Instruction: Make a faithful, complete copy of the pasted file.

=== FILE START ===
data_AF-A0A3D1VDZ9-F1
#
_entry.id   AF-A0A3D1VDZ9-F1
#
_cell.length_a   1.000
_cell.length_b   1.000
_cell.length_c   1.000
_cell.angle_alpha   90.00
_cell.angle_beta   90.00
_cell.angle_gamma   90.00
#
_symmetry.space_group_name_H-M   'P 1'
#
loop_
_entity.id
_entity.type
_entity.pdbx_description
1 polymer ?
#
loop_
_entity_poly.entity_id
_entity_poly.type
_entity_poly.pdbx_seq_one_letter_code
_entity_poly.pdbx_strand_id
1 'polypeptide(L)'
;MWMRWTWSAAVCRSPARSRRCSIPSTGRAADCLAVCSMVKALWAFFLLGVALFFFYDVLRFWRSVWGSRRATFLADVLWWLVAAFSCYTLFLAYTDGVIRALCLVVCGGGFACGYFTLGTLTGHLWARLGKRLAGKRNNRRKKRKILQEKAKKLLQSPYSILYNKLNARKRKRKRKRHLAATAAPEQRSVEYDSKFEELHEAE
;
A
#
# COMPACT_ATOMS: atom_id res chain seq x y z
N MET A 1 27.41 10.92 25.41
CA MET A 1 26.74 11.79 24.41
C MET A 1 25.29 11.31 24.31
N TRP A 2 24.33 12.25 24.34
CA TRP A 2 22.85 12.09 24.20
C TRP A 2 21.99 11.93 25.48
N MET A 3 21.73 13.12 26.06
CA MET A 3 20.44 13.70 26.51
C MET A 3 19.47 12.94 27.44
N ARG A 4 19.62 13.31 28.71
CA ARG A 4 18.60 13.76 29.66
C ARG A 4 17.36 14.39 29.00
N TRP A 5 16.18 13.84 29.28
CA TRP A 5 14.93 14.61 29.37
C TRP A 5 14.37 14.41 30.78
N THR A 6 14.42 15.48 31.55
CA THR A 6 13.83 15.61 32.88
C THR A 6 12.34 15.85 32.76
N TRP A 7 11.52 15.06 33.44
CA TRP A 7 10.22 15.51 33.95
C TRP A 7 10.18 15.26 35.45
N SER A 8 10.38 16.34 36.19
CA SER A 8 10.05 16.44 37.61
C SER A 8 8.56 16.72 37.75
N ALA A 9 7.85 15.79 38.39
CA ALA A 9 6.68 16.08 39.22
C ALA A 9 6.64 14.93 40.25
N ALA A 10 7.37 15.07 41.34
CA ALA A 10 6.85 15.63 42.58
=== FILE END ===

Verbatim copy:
data_AF-A0A3D1VDZ9-F1
#
_entry.id   AF-A0A3D1VDZ9-F1
#
_cell.length_a   1.000
_cell.length_b   1.000
_cell.length_c   1.000
_cell.angle_alpha   90.00
_cell.angle_beta   90.00
_cell.angle_gamma   90.00
#
_symmetry.space_group_name_H-M   'P 1'
#
loop_
_entity.id
_entity.type
_entity.pdbx_description
1 polymer ?
#
loop_
_entity_poly.entity_id
_entity_poly.type
_entity_poly.pdbx_seq_one_letter_code
_entity_poly.pdbx_strand_id
1 'polypeptide(L)'
;MWMRWTWSAAVCRSPARSRRCSIPSTGRAADCLAVCSMVKALWAFFLLGVALFFFYDVLRFWRSVWGSRRATFLADVLWWLVAAFSCYTLFLAYTDGVIRALCLVVCGGGFACGYFTLGTLTGHLWARLGKRLAGKRNNRRKKRKILQEKAKKLLQSPYSILYNKLNARKRKRKRKRHLAATAAPEQRSVEYDSKFEELHEAE
;
A
#
# COMPACT_ATOMS: atom_id res chain seq x y z
N MET A 1 27.41 10.92 25.41
CA MET A 1 26.74 11.79 24.41
C MET A 1 25.29 11.31 24.31
N TRP A 2 24.33 12.25 24.34
CA TRP A 2 22.85 12.09 24.20
C TRP A 2 21.99 11.93 25.48
N MET A 3 21.73 13.12 26.06
CA MET A 3 20.44 13.70 26.51
C MET A 3 19.47 12.94 27.44
N ARG A 4 19.62 13.31 28.71
CA ARG A 4 18.60 13.76 29.66
C ARG A 4 17.36 14.39 29.00
N TRP A 5 16.18 13.84 29.28
CA TRP A 5 14.93 14.61 29.37
C TRP A 5 14.37 14.41 30.78
N THR A 6 14.42 15.48 31.55
CA THR A 6 13.83 15.61 32.88
C THR A 6 12.34 15.85 32.76
N TRP A 7 11.52 15.06 33.44
CA TRP A 7 10.22 15.51 33.95
C TRP A 7 10.18 15.26 35.45
N SER A 8 10.38 16.34 36.19
CA SER A 8 10.05 16.44 37.61
C SER A 8 8.56 16.72 37.75
N ALA A 9 7.85 15.79 38.39
CA ALA A 9 6.68 16.08 39.22
C ALA A 9 6.64 14.93 40.25
N ALA A 10 7.37 15.07 41.34
CA ALA A 10 6.85 15.63 42.58